View Full Version : KAL-Cargo again.....

23rd Sep 2004, 10:48
A B744 landed in ELLX and blow a few tires. Groundcrew refused
to go close to the Aircraft for about 40 min and advised the Crew
to leave the parkibg brake released...... 13.000 ft RWY was too short?
Who has more details about that one?


23rd Sep 2004, 12:00
How about the B744 which almost stalled after takeoff, V2-35kts, in the stick shake. In manual flight, not understanding the flight director modes....and the Captain was a check pilot. Oh well. So many, too little time.

24th Sep 2004, 08:09
Hello "NG"
would you be share with us the "date of this happening"


26th Sep 2004, 08:33

Come on, lets hear a few more details about date/time. Please?

26th Sep 2004, 22:18
"13.000 ft RWY was too short?"

Last year one of our 747's blew several tires while landing on a 15,000 ft runway. Management was quick to put out "safety bulletins" concerning use of brakes, implying the crew was at fault. Two weeks later with a different crew the same airplane blew several tires while landing on that same 15,000 ft runway. Sure enough we got more messages about brake use. Turns out there was an intermittant anti-skid problem which was blowing the tires. It's bad enough when management types use the blame the crew first method, it's downright discouraging when fellow crew members do it.

30th Sep 2004, 04:06
If I would know the date then I would not ask here.... sorry!.

30th Sep 2004, 10:55
This is a prime example of negative discrimination which is completly and utterly undocumented and non validated, and most importantly, which is happily tolerated by pprune. Rest assure if this was about a certain uk airline, every moderator would be on this thread like a bolt of lightening.
Goes to show really...:rolleyes:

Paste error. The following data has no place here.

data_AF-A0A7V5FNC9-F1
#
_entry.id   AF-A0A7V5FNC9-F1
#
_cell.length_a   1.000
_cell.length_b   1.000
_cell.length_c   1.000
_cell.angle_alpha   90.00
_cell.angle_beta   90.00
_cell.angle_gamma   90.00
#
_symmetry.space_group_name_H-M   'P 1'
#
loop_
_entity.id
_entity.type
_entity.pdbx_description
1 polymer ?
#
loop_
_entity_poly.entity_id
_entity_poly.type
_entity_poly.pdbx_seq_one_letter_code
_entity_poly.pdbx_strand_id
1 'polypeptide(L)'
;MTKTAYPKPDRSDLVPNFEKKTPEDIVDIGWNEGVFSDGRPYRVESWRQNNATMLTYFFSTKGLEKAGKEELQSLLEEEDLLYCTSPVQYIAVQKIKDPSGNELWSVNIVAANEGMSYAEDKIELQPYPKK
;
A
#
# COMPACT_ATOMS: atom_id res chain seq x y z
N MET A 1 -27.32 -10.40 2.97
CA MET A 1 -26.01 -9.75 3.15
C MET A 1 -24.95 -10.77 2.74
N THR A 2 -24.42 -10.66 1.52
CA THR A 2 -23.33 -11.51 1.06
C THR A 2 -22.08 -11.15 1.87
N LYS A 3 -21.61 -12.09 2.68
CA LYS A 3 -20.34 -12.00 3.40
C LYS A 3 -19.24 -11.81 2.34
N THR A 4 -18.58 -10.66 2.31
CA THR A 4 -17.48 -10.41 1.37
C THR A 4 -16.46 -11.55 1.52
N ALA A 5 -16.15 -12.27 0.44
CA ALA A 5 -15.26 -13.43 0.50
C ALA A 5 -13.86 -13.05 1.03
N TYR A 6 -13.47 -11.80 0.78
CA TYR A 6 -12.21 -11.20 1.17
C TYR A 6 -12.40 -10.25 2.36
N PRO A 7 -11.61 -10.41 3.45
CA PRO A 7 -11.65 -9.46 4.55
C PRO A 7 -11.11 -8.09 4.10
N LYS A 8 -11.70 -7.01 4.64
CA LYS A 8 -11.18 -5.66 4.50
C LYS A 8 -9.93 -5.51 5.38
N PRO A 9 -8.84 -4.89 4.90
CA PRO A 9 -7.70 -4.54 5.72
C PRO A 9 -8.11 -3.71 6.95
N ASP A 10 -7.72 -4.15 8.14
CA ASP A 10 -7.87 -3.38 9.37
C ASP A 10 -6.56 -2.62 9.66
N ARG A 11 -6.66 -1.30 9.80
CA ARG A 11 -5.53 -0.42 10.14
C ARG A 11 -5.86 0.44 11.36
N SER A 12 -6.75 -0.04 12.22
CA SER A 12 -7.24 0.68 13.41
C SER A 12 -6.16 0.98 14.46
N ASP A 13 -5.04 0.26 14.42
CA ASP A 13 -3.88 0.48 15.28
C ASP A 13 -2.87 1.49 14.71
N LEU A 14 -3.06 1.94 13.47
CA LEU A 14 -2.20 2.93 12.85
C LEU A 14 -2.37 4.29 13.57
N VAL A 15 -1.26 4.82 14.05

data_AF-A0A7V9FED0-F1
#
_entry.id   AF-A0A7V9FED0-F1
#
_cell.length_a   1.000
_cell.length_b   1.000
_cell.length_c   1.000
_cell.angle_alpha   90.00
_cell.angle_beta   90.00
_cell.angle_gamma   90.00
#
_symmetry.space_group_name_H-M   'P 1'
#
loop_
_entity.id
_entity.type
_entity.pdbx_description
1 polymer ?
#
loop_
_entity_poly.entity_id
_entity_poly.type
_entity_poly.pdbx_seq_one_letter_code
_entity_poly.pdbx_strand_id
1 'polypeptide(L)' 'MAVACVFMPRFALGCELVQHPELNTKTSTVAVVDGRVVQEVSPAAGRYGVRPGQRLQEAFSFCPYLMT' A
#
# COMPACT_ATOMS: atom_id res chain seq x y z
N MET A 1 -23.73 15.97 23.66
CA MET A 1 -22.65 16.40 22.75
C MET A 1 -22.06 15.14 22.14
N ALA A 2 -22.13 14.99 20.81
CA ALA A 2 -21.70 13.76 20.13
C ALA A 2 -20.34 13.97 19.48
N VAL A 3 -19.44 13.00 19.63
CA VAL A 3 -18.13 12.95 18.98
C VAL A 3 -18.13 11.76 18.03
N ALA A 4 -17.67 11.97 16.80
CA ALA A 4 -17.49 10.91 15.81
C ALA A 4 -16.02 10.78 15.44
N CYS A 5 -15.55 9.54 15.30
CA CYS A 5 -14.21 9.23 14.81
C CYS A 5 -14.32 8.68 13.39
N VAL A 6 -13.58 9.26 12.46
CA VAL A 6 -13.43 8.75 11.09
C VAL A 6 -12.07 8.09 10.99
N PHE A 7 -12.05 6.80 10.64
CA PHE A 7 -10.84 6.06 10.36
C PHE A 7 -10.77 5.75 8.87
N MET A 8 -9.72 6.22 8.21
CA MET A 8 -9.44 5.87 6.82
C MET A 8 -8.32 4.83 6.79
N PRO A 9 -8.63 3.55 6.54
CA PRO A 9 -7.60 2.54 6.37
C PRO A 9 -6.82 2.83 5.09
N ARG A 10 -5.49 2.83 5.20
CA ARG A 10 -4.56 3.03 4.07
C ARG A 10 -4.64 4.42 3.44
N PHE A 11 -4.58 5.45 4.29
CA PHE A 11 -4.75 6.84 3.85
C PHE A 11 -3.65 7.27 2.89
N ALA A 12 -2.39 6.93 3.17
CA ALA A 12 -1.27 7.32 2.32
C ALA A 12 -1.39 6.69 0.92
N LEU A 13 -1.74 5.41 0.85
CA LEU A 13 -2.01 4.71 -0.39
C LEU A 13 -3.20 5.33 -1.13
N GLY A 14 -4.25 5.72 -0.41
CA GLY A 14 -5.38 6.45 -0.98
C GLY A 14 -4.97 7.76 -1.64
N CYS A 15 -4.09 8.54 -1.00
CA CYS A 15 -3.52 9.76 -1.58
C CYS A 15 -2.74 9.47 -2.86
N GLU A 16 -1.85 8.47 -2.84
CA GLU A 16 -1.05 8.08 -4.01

30th Sep 2004, 15:23
topman, I'm sorry. But your post doesn't make sense.

30th Sep 2004, 21:12

Name a "Certain" British airline that has lost 9 airframes in the last 15 years. They would not have been in business after the first two.

This has nothing to do with race and everything to do with standards.

Final 3 Greens
1st Oct 2004, 16:10
Dear Topman

When one of those 9 airframes lands near your house, you may take a different view.

I have, since December 1999.

1st Oct 2004, 16:18
This is not an issue of race. From what I recall there were cultural differences within this company between different 'stakeholders' that led to a break down of communication (including on the flight deck). I also recall that positive measures were taken (re-training and education) to address these factors. Tyres on aircraft blow up sometimes. What is worse? A 747 blowing up severall tyres or a smaller aircraft (such as the 737) losing one or two?? The fact that it happened to a KAL aircraft is by the way. it can happen to the best of us.

1st Oct 2004, 16:49
I think we need to look more closely at what we mean by 'bursting a few tyres'. Were any of the tyres deflated? Was that a core blowout due to overheat or a disruption of the carcass? Did one tyre on a bogie deflate putting loads on the other 3 cause them to deflate/disrupt? Was it merely loss of tread leaving the carcass inflated?

If groundcrew wouldn't approach the aircraft, what happened to the Emergency Services? In the UK, SOP would have been the declaration of an Aircraft Ground Incident (AGI). Firefighters in proper PPE for tyre/undercarriage problems would have approached the aircraft and carried out an initial assessment of its state before engineers would have been allowed near it. That's usually followed by wheel change before tow to stand. Are we saying the a/c was allowed to hobble off the runway and make its own way to the gate?

Tyre 'events' are very rare nowadays. 25 years ago, hardly a week of shifts went by without a call to go and pick up all the bits off the runway. I think we're down to about 3 or 4 incidents a year now, less than 1 per 75,000 movements (at LGW). Of these, hardly any involve deflation of a tyre, mostly separation of tread from carcass. Of course each event is still very serious, potentially leaving debris for the next a/c to ingest.

Of course the beauty of a rumour site is that it allows all the lovely speculation as above. Occasional facts leaven the dough, though!

You can substitute 'tire', 'truck' 'gear' etc as desired, if you really want to.

The Odd One